The Indian National Congress conducted its first session in Bombay from 28–31 December 1885 at the initiative of retired Civil Service officer Allan Octavian Hume. In 1883, Hume had outlined his idea for a body representing Indian interests in an open letter to graduates of the University of Calcutta, its aim was to obtain a greater share in government for educated Indians, to create a platform for civic and political dialogue between them and the British Raj. Hume took the initiative, in March 1885 a notice convening the first meeting of the Indian National Union to be held in Poona the following December was issued. Due to a cholera outbreak there, it was moved to Bombay. Hume organised the first meeting in Bombay with the approval of the Viceroy Lord Dufferin. Womesh Chandra Bonnerjee was the first president of Congress. Notable representatives included Scottish ICS officer William Wedderburn, Dadabhai Naoroji, Pherozeshah Mehta of the Bombay Presidency Association, Ganesh Vasudeo Joshi of the Poona Sarvajanik Sabha, social reformer and newspaper editor Gopal Ganesh Agarkar, Justice K. T. Telang, N. G. Chandavarkar, Dinshaw Wacha, Behramji Malabari and activist Gooty Kesava Pillai, P. Rangaiah Naidu of the Madras Mahajana Sabha.
This small elite group, unrepresentative of the Indian masses at the time, functioned more as a stage for elite Indian ambitions than a political party for the first decade of its existence. At the beginning of the 20th century, Congress' demands became more radical in the face of constant opposition from the British government, the party decided to advocate in favour of the independence movement because it would allow a new political system in which Congress could be a major party. By 1905, a division opened between the moderates led by Gokhale, who downplayed public agitation, the new extremists who advocated agitation, regarded the pursuit of social reform as a distraction from nationalism. Bal Gangadhar Tilak, who tried to mobilise Hindu Indians by appealing to an explicitly Hindu political identity displayed in the annual public Ganapati festivals he inaugurated in western India, was prominent among the extremists. Congress included a number of prominent political figures. Dadabhai Naoroji, a member of the sister Indian National Association, was elected president of the party in 1886 and was the first Indian Member of Parliament in the British House of Commons.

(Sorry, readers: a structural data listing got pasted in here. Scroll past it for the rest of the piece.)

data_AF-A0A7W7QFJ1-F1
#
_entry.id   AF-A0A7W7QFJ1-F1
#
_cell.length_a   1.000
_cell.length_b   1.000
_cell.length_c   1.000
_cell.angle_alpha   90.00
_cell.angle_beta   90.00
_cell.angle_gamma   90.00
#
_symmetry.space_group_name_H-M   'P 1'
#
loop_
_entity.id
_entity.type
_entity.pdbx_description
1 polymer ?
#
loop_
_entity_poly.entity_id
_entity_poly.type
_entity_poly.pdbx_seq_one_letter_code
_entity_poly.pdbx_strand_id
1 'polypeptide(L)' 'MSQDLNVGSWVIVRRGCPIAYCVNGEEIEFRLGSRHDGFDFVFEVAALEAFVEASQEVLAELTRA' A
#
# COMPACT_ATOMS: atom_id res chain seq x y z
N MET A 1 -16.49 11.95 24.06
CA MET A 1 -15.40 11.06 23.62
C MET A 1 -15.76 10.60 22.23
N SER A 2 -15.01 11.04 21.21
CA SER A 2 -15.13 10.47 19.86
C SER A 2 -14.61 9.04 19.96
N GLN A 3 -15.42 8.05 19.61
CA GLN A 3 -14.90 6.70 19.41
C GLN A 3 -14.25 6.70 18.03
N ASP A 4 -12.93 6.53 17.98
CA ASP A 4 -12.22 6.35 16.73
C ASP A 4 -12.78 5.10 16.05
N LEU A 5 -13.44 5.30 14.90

Congress included Bal Gangadhar Tilak, Bipin Chandra Pal, Lala Lajpat Rai, Gopal Krishna Gokhale, Mohammed Ali Jinnah. Jinnah was a member of the moderate group in the Congress, favouring Hindu–Muslim unity in achieving self-government, he became the leader of the Muslim League and instrumental in the creation of Pakistan. Congress was transformed into a mass movement by Surendranath Banerjee during the partition of Bengal in 1905, the resultant Swadeshi movement. Mahatma Gandhi returned from South Africa in 1915. With the help of the moderate group led by Ghokhale, Gandhi became president of Congress. After the First World War, the party became associated with Gandhi, who remained its unofficial spiritual leader and icon, he formed an alliance wit